I enjoy math and have been good at it most of my life. Over the years, I have tutored many people in all levels of math from upper elementary school to calculus. Most of the materials on this page had their origins in those tutoring sessions.
These are organized roughly into the different areas that middle and high school students, as well as college students, are likely to encounter. There is always a bit of overlap, as each field of mathematics builds upon the previous. If you can’t find what you are looking for, please look around. If you would like to suggest a resource for me to add, please contact me.
Please note that these handouts do not constitute a curriculum of any sort, nor are they meant to. They are simply summaries that I and the students I’ve tutored have found useful. If you are a teacher or college instructor, and would like to use these in your classroom, please read my permissions page. Thank you.
Click on each title below to view the resources available. Items with a red check mark () are new in the last 90 days. Items with a blue chevron () have been updated in the last ninety days.
A thorough grounding in basic operations (addition, substraction, multiplication, and division) lays the foundation for later success in mathematics. Math is often more difficult for students in middle and high school than it need be, simply because they lack basic arithmetic skills.
- Addition Facts table (small) can be cut out and pasted inside a folder or book cover.
- Addition Facts table (large) can be punched and kept in a notebook.
- Addition Flash Cards
- Multiplication Facts table (small) can be cut out and pasted inside a folder or book cover.
- Multiplication Facts table (large) can be punched and kept in a notebook.
- Multiplication Flash Cards
Algebra is the gateway to higher mathematics. There isn't a single field of mathematics where algebra isn't used. Unfortunately, many people think of algebra as difficult. There are aspects that are challenging, but at its root, you are using a group of known numbers to find one or more unknown values.
- Properties of Real Numbers — long version (2 pages — Added 7 Oct 2014)
- Properties of Real Numbers — short version (1 page — Updated 12 Oct 2014)
- Algebra Basic Formulas distance formula, midpoint formula, Pythagorean theorem, slope formula, and quadratic equations (1 page — Added 12 Oct 2014)
- Arithmetic Operations in Algebra — How to factor out common factors, multiplying and dividing by rational expressions, adding and subtracting rational expressions, dividing rational expressions (2 pages — added 14 March 2015)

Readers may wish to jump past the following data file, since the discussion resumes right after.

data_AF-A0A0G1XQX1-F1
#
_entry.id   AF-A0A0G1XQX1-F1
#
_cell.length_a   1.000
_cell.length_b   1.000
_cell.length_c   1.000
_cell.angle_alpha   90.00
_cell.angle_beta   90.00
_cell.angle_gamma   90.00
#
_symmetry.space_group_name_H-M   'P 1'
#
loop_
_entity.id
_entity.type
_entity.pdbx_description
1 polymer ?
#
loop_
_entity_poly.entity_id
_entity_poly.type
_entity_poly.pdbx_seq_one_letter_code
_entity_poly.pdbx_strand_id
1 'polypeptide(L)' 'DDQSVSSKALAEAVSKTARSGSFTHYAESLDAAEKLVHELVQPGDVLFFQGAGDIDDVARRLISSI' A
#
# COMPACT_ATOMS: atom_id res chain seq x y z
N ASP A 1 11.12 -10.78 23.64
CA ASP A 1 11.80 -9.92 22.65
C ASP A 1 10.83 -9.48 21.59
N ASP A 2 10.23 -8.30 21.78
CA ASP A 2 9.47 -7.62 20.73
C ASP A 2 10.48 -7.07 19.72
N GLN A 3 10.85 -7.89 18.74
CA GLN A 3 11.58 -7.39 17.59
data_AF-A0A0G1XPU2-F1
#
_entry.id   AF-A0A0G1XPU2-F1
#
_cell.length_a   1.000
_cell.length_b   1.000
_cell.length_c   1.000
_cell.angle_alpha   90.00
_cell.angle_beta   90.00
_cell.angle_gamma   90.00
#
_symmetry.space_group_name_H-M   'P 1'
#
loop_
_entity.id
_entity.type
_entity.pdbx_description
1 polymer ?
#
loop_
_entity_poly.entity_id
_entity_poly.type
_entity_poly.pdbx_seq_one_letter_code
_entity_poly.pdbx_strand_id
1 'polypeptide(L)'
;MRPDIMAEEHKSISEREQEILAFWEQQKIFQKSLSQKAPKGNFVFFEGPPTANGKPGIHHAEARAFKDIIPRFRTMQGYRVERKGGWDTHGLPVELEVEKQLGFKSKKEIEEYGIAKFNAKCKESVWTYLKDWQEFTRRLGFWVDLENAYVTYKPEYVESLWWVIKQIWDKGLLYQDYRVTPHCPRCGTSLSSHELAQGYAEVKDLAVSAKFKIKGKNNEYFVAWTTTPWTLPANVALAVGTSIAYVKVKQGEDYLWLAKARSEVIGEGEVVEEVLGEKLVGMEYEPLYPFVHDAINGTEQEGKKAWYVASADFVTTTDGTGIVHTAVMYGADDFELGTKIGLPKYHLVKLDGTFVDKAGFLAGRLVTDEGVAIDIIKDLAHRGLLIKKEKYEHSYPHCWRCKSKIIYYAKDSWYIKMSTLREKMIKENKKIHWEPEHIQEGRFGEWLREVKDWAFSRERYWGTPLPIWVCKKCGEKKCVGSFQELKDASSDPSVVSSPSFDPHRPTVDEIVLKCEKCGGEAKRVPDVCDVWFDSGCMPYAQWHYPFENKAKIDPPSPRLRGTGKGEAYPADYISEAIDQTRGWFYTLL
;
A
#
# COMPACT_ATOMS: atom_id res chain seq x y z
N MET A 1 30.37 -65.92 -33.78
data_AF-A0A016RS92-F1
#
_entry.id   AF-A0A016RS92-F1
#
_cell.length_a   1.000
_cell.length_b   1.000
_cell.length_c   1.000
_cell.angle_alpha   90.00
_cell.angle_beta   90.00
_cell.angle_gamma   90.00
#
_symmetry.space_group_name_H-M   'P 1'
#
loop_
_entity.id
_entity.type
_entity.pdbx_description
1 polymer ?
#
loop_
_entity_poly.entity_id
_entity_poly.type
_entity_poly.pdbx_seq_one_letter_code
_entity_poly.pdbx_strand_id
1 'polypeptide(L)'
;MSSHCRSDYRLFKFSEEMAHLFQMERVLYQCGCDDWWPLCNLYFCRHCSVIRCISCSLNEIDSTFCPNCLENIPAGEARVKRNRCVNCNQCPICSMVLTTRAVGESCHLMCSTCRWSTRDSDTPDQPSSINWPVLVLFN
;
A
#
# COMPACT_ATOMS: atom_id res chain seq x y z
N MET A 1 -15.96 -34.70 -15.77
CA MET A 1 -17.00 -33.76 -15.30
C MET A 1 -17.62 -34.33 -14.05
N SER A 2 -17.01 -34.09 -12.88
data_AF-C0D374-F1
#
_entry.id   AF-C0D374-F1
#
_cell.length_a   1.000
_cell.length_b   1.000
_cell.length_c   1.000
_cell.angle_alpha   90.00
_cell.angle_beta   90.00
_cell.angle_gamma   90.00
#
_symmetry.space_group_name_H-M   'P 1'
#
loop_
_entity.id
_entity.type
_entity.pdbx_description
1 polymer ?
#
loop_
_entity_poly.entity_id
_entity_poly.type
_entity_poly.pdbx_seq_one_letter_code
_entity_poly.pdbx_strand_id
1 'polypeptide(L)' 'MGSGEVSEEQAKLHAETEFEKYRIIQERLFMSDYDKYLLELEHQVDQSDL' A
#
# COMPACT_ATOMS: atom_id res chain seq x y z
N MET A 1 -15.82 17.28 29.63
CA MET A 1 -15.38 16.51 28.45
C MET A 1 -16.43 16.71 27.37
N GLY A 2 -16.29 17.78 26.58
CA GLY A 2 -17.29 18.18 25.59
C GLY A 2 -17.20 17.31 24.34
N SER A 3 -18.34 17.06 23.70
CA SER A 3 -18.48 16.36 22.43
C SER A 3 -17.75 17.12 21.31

- Properties of Exponents — (1 page — Added 14 March 2015)
- Factoring Formulas — (1 page — Added 13 March 2015)
- Set Theory — An Introduction — (3 pages — Added 13 Oct 2014)
There are two opposing schools of thought when it comes to geometry. One holds that geometry is a great place to teach the use of logic. Hence, the study of theorem and postulates and an emphasis on proofs. (This is the geometry that I had in high school and I loved it.) The other holds that geometry is merely a tool (albeit a highly useful one) in science and engineering.
This is a case where you can have it both ways. Geometry is a highly useful tool, and the best part is that you can master the basics in less than a day. But when you study it for its own sake, it is both beautiful and fun.
More to come.
Unfortunately, trigonomety is often still taught as if all its practitioners are going to be navigators or surveyors. The true value of trigonometry is in understanding periodic functions and their use in science. A thorough understanding of the unit circles underlies your success with the subject.
- Trig in a Nutshell — (4 pages — Added 7 November 2014)
Calculus models real life much more accurately than algebra. It is not difficult, but a solid foundation in algebra and trigonometry is required. Once you understand the basic concepts (such as limits and derivatives), much of calculus is simply applying algebra.
More to come.
Need some graph paper? Download a file and print it out. (These look great printed in color. Not so great printed on a laser printer.)
Each of the following a zip file, each containing that type of graph paper in six different colors: cyan, yellow, magenta, green, dark grey, and light grey.
Miscellaneous graph paper
- 4-up graph paper
3x3 inch square, 8 lines per inch, with axes.